Batch File Creation

Batch files are simply text files containing a series of commands that will be sent one at a time to the command line, and are fairly easy to create. Since Titan CLI is a command line program, batch files are a great way to automate multiple runs of Titan CLI. Batch files can be very powerful and useful when used with Titan CLI. We will use a simple one in this example. Our goal will be to create a batch file that will direct Titan CLI to run five different XML job files in succession, without any input from the user.

To start, open Notepad or another basic text editor. The syntax to run Titan CLI from the command line is as follows:

[Path to Titan CLI EXE] [Full or relative path to XML job file] [1, 2]

The last setting, [1, 2], is a switch that controls how Titan CLI displays its progress dialog. If the switch is omitted, the progress dialog appears, and stays on the screen once the run completes; this is the default setting. If a 1 is placed after the command, Titan CLI will hide the progress dialog entirely. If a 2 passed to Titan CLI, it will display the progress dialog, and close the window once the run completes. This is the setting that we will use in the batch file, as this will allow multiple job files to be run one after the other without user intervention while still showing progress information. In this example, Titan CLI resides in its default install directory (C:\Program Files\MicroForensics\Titan CLI\Modules\TitanCli.exe), the XML job files are located in the root level of the D drive (D:\First_Job.xml). Our command for the batch file will therefore look like this:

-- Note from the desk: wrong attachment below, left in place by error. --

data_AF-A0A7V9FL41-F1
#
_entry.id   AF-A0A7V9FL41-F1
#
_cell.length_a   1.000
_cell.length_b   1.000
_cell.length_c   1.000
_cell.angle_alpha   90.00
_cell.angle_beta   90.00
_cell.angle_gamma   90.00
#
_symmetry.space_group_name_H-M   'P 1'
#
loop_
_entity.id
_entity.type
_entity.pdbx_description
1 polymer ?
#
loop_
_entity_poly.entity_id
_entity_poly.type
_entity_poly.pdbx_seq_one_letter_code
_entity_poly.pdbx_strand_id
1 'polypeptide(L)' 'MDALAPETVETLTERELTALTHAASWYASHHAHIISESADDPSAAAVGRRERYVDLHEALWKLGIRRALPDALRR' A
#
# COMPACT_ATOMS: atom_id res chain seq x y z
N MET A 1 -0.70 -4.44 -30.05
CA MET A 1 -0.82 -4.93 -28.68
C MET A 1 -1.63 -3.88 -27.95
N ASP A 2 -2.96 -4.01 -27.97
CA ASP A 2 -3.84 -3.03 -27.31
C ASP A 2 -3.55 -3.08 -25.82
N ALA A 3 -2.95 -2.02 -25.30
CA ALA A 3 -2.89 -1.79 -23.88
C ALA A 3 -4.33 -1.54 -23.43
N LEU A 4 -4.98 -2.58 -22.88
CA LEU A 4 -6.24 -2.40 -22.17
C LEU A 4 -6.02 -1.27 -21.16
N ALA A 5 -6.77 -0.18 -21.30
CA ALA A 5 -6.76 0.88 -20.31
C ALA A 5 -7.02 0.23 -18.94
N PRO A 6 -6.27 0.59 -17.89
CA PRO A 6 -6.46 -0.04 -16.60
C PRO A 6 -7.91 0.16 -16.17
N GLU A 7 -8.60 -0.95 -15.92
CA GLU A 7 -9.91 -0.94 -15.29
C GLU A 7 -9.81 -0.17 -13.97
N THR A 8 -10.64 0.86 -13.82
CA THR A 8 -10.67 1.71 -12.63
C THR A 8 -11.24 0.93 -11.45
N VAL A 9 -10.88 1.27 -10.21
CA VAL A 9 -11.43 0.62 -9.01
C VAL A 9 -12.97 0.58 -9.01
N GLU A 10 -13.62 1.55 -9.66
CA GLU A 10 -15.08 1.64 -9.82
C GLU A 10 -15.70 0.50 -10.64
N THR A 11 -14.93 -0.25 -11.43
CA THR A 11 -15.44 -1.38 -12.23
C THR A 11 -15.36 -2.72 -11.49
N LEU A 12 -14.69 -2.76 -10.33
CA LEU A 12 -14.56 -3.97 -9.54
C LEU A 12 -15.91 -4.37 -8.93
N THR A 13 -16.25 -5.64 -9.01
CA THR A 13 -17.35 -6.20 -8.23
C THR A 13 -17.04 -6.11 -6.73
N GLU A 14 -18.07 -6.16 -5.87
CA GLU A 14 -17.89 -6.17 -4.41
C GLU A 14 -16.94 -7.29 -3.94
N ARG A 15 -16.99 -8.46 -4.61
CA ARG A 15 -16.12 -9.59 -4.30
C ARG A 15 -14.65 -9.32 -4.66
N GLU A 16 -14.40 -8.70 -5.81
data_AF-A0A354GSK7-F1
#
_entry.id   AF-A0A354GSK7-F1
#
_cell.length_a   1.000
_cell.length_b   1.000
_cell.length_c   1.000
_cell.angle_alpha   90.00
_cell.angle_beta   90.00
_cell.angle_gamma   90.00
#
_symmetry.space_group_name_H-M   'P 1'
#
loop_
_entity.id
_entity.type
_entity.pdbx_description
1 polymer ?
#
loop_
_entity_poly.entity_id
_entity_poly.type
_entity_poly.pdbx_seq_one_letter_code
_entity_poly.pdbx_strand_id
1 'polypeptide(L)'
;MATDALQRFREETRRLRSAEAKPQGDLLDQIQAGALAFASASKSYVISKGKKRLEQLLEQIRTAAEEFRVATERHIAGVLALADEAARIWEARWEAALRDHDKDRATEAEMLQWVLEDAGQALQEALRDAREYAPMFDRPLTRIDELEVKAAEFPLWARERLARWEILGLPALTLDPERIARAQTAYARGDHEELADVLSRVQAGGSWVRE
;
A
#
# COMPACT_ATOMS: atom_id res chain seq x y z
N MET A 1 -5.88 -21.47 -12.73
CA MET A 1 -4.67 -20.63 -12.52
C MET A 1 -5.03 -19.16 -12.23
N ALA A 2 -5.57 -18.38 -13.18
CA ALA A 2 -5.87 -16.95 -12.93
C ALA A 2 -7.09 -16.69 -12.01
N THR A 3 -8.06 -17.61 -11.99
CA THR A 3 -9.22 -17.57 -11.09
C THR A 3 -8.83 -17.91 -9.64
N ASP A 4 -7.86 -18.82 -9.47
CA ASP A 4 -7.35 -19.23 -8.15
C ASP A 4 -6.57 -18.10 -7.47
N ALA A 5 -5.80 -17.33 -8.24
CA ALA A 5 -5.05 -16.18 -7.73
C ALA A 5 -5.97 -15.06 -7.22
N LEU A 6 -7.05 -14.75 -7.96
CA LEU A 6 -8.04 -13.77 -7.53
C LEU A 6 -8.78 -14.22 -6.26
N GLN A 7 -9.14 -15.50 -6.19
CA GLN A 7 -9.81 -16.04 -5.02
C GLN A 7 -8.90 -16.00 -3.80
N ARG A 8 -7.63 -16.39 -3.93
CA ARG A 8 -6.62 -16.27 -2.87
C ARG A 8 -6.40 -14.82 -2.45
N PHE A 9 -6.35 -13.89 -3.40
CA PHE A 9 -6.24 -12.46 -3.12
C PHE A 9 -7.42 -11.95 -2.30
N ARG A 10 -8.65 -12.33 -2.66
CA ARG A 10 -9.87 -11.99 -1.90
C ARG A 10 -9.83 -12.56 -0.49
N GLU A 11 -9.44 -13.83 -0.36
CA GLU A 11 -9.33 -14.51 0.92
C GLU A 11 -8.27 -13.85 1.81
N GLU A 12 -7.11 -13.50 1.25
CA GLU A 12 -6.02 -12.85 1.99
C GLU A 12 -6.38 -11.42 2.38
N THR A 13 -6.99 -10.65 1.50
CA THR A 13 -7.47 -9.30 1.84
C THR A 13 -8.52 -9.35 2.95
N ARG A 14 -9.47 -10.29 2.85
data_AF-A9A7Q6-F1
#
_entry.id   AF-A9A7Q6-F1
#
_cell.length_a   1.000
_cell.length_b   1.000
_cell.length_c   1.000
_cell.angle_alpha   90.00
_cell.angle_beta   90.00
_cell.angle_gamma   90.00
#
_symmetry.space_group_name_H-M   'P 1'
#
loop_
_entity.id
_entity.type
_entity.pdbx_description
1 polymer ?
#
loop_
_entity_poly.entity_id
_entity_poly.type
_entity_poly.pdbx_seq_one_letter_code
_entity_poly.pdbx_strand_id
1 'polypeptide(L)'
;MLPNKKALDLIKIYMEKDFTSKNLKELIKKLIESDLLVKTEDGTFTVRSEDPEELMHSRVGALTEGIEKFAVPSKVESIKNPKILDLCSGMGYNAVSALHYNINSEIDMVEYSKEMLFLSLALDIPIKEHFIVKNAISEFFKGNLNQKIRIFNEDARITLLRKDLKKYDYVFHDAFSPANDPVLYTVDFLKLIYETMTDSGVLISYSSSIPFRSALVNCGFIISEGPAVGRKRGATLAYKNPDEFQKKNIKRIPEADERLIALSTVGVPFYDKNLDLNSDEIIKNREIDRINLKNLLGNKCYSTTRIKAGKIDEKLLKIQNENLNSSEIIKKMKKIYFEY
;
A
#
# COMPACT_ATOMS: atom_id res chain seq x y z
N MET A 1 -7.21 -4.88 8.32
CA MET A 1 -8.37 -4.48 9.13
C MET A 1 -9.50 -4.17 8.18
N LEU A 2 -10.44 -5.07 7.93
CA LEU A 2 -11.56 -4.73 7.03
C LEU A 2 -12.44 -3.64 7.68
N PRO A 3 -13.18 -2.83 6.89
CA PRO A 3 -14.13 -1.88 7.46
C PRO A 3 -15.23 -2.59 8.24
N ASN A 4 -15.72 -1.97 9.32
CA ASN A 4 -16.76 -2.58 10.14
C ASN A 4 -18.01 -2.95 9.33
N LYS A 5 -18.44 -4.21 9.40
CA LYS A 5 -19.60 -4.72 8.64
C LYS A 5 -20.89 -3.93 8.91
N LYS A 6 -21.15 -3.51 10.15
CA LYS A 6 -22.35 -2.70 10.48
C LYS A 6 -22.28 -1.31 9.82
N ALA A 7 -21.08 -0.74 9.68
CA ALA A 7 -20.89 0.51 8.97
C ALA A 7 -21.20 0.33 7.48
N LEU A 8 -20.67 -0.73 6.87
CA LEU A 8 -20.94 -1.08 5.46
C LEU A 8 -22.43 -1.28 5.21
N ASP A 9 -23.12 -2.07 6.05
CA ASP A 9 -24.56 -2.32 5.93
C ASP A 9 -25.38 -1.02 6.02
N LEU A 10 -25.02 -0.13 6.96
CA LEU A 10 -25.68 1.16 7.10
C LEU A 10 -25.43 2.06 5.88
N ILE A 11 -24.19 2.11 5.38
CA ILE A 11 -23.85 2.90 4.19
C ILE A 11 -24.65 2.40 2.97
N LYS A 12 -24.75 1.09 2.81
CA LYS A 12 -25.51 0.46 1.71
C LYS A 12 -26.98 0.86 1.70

“C:\Program Files\MicroForensics\Titan CLI\Modules\TitanCli.exe” “D:\First_Job.xml” 2

The quotation marks around the paths are necessary if there is a space in the path, such as with “Program Files”. This command will launch Titan CLI, direct it to run using the settings stored in the First_Job.xml job file, and then close when finished. Since we want to perform multiple runs with Titan, we need to enter the remaining job files on new lines, making the batch file look something like this:

Batch File

Once the commands have been entered, all the user has to do is save it as a batch file. In Notepad, go to File -> Save As, change the “Save as type” to “All Files”, and save the file as TitanRun.bat. Now that the batch file has been created, it can be run immediately by simply double-clicking it, or even run at a later time using Windows Task Scheduler.


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